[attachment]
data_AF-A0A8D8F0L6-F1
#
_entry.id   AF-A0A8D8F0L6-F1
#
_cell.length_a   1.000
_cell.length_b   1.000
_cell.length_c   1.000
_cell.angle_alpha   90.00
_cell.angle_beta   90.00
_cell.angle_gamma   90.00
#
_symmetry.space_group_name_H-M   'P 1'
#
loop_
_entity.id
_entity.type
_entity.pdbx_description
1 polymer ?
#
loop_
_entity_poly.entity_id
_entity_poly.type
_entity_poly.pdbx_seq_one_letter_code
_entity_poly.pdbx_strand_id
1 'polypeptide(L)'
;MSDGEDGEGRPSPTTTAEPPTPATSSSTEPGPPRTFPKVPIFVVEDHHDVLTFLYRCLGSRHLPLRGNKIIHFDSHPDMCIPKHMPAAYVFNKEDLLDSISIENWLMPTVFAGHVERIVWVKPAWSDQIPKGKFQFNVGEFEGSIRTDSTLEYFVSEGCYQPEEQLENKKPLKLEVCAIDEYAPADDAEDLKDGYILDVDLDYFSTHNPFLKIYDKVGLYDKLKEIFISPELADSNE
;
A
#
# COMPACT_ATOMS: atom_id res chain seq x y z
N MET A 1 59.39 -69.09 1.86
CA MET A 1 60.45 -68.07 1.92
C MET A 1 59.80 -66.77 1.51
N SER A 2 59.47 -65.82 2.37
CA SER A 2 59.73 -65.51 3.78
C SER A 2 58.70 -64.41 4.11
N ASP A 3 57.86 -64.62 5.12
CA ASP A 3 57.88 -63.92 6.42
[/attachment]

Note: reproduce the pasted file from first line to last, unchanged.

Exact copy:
data_AF-A0A8D8F0L6-F1
#
_entry.id   AF-A0A8D8F0L6-F1
#
_cell.length_a   1.000
_cell.length_b   1.000
_cell.length_c   1.000
_cell.angle_alpha   90.00
_cell.angle_beta   90.00
_cell.angle_gamma   90.00
#
_symmetry.space_group_name_H-M   'P 1'
#
loop_
_entity.id
_entity.type
_entity.pdbx_description
1 polymer ?
#
loop_
_entity_poly.entity_id
_entity_poly.type
_entity_poly.pdbx_seq_one_letter_code
_entity_poly.pdbx_strand_id
1 'polypeptide(L)'
;MSDGEDGEGRPSPTTTAEPPTPATSSSTEPGPPRTFPKVPIFVVEDHHDVLTFLYRCLGSRHLPLRGNKIIHFDSHPDMCIPKHMPAAYVFNKEDLLDSISIENWLMPTVFAGHVERIVWVKPAWSDQIPKGKFQFNVGEFEGSIRTDSTLEYFVSEGCYQPEEQLENKKPLKLEVCAIDEYAPADDAEDLKDGYILDVDLDYFSTHNPFLKIYDKVGLYDKLKEIFISPELADSNE
;
A
#
# COMPACT_ATOMS: atom_id res chain seq x y z
N MET A 1 59.39 -69.09 1.86
CA MET A 1 60.45 -68.07 1.92
C MET A 1 59.80 -66.77 1.51
N SER A 2 59.47 -65.82 2.37
CA SER A 2 59.73 -65.51 3.78
C SER A 2 58.70 -64.41 4.11
N ASP A 3 57.86 -64.62 5.12
CA ASP A 3 57.88 -63.92 6.42